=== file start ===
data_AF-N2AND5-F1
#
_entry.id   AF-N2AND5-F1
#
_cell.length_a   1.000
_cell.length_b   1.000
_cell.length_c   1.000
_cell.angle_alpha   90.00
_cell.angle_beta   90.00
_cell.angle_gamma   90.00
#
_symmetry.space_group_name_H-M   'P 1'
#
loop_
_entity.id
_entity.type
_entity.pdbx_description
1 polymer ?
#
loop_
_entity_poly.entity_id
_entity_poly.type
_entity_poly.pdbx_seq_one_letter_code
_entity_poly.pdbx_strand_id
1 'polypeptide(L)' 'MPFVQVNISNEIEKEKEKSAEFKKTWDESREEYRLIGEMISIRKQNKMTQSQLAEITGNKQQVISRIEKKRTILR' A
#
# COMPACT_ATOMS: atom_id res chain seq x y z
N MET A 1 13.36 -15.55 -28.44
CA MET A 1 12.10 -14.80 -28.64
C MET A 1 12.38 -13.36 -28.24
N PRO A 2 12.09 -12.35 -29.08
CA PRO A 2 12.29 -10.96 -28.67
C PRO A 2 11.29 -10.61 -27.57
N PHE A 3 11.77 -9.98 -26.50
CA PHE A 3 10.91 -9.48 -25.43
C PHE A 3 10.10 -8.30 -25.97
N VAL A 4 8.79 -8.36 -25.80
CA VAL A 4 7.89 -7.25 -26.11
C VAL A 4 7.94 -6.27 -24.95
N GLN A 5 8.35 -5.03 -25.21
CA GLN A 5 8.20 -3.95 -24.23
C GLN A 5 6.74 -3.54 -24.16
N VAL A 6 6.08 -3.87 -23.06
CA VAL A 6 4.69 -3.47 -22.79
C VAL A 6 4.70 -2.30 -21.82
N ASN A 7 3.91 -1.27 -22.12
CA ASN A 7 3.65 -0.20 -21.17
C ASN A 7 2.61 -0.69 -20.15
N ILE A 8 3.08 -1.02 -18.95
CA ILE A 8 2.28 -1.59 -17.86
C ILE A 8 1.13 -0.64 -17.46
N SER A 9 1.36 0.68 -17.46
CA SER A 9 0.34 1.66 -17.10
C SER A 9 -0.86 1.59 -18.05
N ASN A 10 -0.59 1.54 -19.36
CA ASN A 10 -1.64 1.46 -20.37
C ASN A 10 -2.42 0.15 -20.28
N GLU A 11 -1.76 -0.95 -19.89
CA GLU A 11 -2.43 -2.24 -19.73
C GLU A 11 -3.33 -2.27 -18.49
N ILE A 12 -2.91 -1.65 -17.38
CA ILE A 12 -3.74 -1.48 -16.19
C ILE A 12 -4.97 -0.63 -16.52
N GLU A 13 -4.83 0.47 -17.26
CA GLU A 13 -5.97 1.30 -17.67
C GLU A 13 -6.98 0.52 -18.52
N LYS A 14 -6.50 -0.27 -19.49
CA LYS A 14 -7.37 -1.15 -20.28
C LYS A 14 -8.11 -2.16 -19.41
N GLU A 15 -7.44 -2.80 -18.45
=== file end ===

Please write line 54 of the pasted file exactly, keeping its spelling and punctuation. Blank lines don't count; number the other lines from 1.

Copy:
C SER A 9 -0.86 1.59 -18.05